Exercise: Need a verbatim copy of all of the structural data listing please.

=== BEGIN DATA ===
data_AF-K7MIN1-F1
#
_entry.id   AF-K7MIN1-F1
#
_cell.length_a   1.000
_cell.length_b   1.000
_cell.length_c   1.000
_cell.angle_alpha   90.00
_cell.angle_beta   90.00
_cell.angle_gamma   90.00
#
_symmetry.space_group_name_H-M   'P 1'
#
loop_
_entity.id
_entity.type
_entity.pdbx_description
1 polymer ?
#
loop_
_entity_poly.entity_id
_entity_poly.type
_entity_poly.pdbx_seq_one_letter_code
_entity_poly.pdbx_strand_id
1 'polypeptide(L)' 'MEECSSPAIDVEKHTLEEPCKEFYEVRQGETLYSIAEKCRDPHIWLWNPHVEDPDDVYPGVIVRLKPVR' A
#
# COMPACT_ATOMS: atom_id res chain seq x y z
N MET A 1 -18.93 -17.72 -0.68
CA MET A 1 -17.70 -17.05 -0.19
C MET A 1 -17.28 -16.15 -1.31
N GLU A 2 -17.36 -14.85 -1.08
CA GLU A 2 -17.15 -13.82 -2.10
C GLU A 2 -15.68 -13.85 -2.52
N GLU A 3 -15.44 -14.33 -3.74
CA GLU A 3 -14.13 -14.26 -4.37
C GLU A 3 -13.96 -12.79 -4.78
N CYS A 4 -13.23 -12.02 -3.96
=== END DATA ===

data_AF-K7MIN1-F1
#
_entry.id   AF-K7MIN1-F1
#
_cell.length_a   1.000
_cell.length_b   1.000
_cell.length_c   1.000
_cell.angle_alpha   90.00
_cell.angle_beta   90.00
_cell.angle_gamma   90.00
#
_symmetry.space_group_name_H-M   'P 1'
#
loop_
_entity.id
_entity.type
_entity.pdbx_description
1 polymer ?
#
loop_
_entity_poly.entity_id
_entity_poly.type
_entity_poly.pdbx_seq_one_letter_code
_entity_poly.pdbx_strand_id
1 'polypeptide(L)' 'MEECSSPAIDVEKHTLEEPCKEFYEVRQGETLYSIAEKCRDPHIWLWNPHVEDPDDVYPGVIVRLKPVR' A
#
# COMPACT_ATOMS: atom_id res chain seq x y z
N MET A 1 -18.93 -17.72 -0.68
CA MET A 1 -17.70 -17.05 -0.19
C MET A 1 -17.28 -16.15 -1.31
N GLU A 2 -17.36 -14.85 -1.08
CA GLU A 2 -17.15 -13.82 -2.10
C GLU A 2 -15.68 -13.85 -2.52
N GLU A 3 -15.44 -14.33 -3.74
CA GLU A 3 -14.13 -14.26 -4.37
C GLU A 3 -13.96 -12.79 -4.78
N CYS A 4 -13.23 -12.02 -3.96